I was recently approached by a friend in the venture capital industry who asked me to write about my experience as an entrepreneur and transplant to Silicon Valley. Here's the resulting transcript of our discussion. I'm publishing it in the hopes that it helps other entrepreneurs, as well as those who haven't yet taken the leap but want to.
Can you tell me about the fundraising cycles your company has gone through?
We began in Washington D.C. in 2008 in a townhouse on Capitol Hill. It was a terrible time to fundraise due to the financial crisis, so we self-funded a mobile consulting firm called PointAbout which built mobile apps for large brands, including Disney, The Washington Post, The Huffington Post, Newsweek, Cars.com and many others. That firm quickly grew to over 30 employees (and a much nicer space in DC -- although still a townhouse!)
Two years ago, while still in DC, we launched our first product, AppMakr, which immediately got tremendous traction and tons of press in publications like USA Today, Entrepreneur, TechCrunch (a couple of times), Mashable, and the list goes on. We made a hard decision to sell the consulting firm and move to Silicon Valley to focus on making AppMakr successful. Luckily we found a great home for PointAbout and packed our cars up summer of 2010 to move out West. We raised a $1MM seed round by year-end 2010 based on the traction of AppMakr. I wrote a fundraising manifesto of that experience to help other entrepreneurs in the same position, and I recently expanded on it with a post on how to optimize an AngelList profile.
By early 2011, we realized we had unique (and hard-won) expertise gleaned from building high-end apps via the PointAbout consulting business, combined with tens of thousands of "apps for anyone" apps made on our AppMakr platform. So we set about solving some really big problems in mobile: How to get developers more app installs, and how to keep existing users of apps coming back into the app. At first, we were just working to solve these problems for AppMakr-made apps, but then we had a eureka moment: Why not make this solution an API with mobile SDKs so any developer could drop it into their app? And so Socialize was born, and we started to infuse every AppMakr app with the Socialize social platform, while also making Socialize available to any developer.
An app is only as powerful as the number of people using it on a regular basis, and we knew how to fix both problems with one big ace up our sleeve: We knew how to make apps social. But not just any type of social -- interest-based social, also referred to as the "interest graph." We'd recognized that users of a mobile app all share a common interest. By making the app social, we thought we could dramatically improve app discovery and re-engagement based on people's tendency to want to interact with others who share common interests (a thesis that's proven to be true, with boosts of up to 551% in app installs and 316% in app engagement).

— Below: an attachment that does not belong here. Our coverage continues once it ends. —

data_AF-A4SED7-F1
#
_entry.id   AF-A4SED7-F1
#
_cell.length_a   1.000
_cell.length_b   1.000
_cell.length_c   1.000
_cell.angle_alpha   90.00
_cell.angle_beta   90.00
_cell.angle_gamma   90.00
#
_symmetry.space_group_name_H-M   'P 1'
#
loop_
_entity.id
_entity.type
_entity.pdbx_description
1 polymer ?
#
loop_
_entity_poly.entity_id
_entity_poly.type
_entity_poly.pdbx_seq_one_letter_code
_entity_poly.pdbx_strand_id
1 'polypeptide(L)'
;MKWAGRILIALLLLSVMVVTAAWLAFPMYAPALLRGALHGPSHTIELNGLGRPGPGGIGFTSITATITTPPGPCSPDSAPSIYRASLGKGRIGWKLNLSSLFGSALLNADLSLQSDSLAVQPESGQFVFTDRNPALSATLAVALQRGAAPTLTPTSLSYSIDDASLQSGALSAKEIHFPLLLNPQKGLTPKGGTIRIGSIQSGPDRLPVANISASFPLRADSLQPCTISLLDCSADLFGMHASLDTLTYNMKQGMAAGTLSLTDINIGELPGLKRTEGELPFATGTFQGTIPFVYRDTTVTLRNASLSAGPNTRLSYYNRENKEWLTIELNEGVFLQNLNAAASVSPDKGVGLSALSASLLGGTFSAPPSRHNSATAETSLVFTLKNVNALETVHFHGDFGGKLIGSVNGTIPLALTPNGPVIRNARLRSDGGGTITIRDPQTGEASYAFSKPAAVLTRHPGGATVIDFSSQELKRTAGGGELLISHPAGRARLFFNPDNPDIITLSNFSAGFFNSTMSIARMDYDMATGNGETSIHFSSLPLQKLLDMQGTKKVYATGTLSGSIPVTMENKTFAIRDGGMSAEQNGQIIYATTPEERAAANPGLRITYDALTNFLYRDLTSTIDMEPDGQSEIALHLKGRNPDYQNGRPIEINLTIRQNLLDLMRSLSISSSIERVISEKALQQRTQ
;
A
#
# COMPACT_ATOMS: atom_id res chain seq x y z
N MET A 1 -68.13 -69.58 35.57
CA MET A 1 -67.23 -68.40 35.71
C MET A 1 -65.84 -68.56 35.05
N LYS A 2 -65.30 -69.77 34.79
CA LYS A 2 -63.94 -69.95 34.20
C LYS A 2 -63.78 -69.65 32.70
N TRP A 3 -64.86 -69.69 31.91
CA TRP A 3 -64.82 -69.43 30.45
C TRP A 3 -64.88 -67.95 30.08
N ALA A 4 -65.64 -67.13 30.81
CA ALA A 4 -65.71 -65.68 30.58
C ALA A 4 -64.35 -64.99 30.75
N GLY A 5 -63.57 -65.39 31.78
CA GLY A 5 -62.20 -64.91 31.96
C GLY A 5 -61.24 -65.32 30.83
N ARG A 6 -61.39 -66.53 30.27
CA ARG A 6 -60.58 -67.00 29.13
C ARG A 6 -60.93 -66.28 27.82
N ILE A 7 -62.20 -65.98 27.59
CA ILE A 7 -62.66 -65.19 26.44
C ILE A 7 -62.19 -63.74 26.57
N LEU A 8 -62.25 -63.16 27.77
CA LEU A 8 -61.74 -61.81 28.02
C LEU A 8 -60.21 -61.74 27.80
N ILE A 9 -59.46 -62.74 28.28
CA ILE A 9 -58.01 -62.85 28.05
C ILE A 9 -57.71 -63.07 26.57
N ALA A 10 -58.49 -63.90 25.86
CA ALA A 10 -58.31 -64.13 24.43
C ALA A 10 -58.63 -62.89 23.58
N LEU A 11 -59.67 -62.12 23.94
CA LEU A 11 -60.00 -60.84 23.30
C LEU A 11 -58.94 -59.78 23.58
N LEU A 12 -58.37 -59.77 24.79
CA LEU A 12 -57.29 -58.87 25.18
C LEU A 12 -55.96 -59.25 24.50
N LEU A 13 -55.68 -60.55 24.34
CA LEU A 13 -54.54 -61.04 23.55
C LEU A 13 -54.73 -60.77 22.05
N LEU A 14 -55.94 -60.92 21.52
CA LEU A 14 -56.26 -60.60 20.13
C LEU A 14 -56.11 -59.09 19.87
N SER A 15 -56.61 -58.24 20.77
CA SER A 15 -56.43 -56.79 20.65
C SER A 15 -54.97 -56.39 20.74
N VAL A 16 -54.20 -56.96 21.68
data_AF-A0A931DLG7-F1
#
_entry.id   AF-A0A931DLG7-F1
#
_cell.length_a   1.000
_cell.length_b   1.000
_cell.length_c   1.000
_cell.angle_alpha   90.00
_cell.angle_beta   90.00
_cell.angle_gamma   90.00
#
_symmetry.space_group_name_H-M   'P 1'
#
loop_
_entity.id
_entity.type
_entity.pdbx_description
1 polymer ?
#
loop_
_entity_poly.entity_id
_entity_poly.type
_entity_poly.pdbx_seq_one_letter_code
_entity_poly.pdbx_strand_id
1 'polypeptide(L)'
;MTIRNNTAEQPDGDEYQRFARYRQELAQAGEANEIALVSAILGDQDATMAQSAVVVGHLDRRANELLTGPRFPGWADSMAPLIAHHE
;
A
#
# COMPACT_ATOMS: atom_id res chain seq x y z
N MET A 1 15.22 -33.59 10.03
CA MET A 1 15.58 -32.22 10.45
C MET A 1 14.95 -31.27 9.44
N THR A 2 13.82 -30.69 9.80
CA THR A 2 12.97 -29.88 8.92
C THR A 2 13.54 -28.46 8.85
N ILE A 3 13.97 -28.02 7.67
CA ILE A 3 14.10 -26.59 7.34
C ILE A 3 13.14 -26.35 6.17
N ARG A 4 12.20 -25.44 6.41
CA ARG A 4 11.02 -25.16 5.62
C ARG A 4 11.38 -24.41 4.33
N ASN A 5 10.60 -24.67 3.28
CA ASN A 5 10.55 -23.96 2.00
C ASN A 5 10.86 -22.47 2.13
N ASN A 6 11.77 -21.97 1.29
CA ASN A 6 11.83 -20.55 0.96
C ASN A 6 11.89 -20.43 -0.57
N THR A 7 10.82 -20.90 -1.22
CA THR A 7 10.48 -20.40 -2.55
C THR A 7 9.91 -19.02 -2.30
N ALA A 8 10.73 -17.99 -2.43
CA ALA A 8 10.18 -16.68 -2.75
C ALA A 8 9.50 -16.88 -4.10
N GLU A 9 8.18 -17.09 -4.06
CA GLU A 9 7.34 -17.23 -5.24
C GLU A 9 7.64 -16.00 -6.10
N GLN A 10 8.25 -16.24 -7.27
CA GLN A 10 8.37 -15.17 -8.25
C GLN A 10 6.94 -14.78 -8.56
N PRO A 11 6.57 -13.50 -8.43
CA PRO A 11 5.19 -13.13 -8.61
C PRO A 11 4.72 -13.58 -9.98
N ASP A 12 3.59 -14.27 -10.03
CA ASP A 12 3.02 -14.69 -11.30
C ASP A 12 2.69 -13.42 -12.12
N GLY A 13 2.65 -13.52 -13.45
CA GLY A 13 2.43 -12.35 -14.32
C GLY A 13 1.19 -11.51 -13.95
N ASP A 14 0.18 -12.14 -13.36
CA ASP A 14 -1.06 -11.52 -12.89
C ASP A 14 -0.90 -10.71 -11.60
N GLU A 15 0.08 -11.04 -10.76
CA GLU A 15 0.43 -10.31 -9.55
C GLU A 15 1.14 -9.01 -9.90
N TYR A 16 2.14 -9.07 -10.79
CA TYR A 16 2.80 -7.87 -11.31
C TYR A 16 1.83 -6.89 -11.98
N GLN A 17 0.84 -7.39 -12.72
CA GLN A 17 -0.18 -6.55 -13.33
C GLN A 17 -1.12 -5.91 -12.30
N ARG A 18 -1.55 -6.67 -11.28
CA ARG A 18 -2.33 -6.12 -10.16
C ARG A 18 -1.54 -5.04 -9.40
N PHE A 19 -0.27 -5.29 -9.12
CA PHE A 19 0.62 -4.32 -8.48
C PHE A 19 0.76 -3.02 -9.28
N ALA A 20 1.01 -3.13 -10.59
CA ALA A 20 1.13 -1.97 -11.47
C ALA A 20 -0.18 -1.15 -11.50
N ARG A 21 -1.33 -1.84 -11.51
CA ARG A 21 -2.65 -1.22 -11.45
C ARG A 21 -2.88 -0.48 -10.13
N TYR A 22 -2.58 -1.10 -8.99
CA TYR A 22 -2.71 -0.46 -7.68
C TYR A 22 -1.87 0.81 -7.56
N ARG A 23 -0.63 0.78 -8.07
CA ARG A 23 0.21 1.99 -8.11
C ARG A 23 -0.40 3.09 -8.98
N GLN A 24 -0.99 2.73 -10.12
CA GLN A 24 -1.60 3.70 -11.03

To date we've raised a total of $1.5MM from angel investors for the company. We also re-invested the proceeds of the sale of our consulting company PointAbout into Socialize (or to put it into poker terminology, we "doubled down" because we really believe in the company and our incredible employees!). It was very rewarding to self-fund a large chunk of our company's growth.
What are 3 things that factor into your runway calculation?
We calculate our runway based on cash in the bank divided by current and planned expenses, which for a tech startup consists mainly of salaries. You'll also want to have a monetization plan, which you may or may not yet be executing on depending on what part of the startup life cycle you're in (I do not recommend focusing on monetization at the expense of traction early on -- first, make something people demonstrate they want. Then make sure you can monetize it, and finally scale it up while applying monetization in ways that doesn't kill your growth. It's a tightrope that isn't easily traversed, and making it look effortless is a very hard-won skill!)